Is it possible to get a truly realistic look of what it's like to be a cop on the streets of Boston? That's part of the premise of TNT's new reality show "Boston's Finest," which followed cops from various units as they tried to balance their work and home lives. The premise showed some potential, but it's still too early to tell what the future holds for the show.
"Boston's Finest" followed various members of the Boston Police Department that included SWAT, Gang Unit, Patrol Officers, and the Fugitive Unit. The officers that the show focused on each week had to go through a series of challenges as they tried to juggle their work with their personal lives. Due to the large cast, the premiere only focused closely on a few officers to get viewers familiar with the show's setting. Officer Jenn Penton had been on the force for six years and also served in Afghanistan as well. She struggled with doing her job and trying to hide the fact that whenever she pulled a male driver over that they didn't take her seriously because she was a woman. Outside of work, Penton had a twin sister who struggled with drug addiction and recently gave her son up for adoption. She tried to rebuild her relationship with her estranged sister and made an effort to be part of her nephew's life as well. The show also focused on Officer Greg Dankers who worked in the Fugitive Unit as they were tasked with catching a dangerous criminal on the run with the help of various Boston locals. Dankers' unit managed to catch the fugitive after breaking down his system of friends who helped him. Once they were out of the way, Dankers was able to catch the criminal before he committed any more crimes. Dankers struggled to maintain a normal home life with his family and keeping his work separate from it. Will Dankers be able to suceed?
In terms of questions, the biggest question that the show posed was whether viewers would be able to keep the cast members straight, because there were nineteen officers featured on the show. Sadly, not all of them will be getting top billing in every episode because it would make it very hard for viewers to follow the show. The premiere seemed to get the format right pretty early out of the gate by focusing on the cases and how the officers are impacted by them before diving into their home lives. TNT seemed to heavily emphasize Executive Producer Donnie Wahlberg's presence a little too much, but his presence as the premiere's narrator helped to give the episode a little credibility. Let's hope that the show will continue to use Wahlberg as a narrator, while not allowing it to interfere with his role on CBS' "Blue Bloods." Viewers could see that the show was trying to demonstrated that being a cop wasn't always as glamorous as the network cop show made the job out to be. There was real danger involved and your injuries can't be erased with make-up and careful editing. The only problem was that the show seemed to only be taking too many cues from other reality shows by focusing on the most shocking aspects of a case and profiling them. Future episodes should allow the work and the officers' responses speak for themselves. Only time will tell if that's the case.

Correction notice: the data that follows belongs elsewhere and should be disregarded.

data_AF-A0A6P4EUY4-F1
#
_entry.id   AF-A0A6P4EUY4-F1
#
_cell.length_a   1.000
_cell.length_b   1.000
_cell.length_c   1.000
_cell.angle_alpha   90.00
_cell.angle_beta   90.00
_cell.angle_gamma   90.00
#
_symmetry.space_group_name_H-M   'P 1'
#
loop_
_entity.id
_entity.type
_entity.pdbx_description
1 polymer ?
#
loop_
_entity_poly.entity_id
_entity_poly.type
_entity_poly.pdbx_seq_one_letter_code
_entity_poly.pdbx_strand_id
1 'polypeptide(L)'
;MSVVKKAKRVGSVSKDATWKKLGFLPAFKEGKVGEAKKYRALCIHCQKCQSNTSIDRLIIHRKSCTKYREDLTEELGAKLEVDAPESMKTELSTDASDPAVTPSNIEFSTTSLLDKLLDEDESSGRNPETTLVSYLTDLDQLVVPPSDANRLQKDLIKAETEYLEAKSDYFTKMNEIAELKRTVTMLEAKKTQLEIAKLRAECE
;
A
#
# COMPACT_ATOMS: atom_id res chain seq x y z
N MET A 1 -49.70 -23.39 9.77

As for promising stars on the show, Penton and Dankers led the pack because the premiere seemed to focus heavily on them. Penton was able to develop a comfortable rapport with her partner that allowed her to relieve some tension from when the job got to be too stressful. The funniest part of the show was when they were driving down the street and the siren on their police car stopped working properly. They were embarassed when the siren kept going on and off for no apparent reason. The partners were able to laugh as they were forced to embrace the absurdity of the situation. Dankers, on the other hand, was able to balance his work and home lives successfully in the premiere. The episode concluded with a brief examination of his home life when it was revealed that his wife Nancy was also a cop. They worked opposing shifts so that one of them would always be home to care for their four year old twins. Their separate work shifts might pose some problems for their marriage, but it helped to give their children some stability. Future episodes will give viewers a better chance to see the Dankers work on making their marriage work. It remains to be seen if the show will be able to make past season one. With a little work, the show could have the potential to last.
"Boston's Finest" premiered on February 27th and airs Wednesdays at 9:00 PM on TNT.
Verdict: A show that tried to ground a level of realism into the usual cop show, but the premise still needed a little work for future episodes.
TV Score: 2.5 out of 5 stars
1 Star (Mediocre)
2 Stars (Averagely Entertaining)
3 Stars (Decent Enough to Pass Muster)
4 Stars (Near Perfect)
5 Stars (Gold Standard)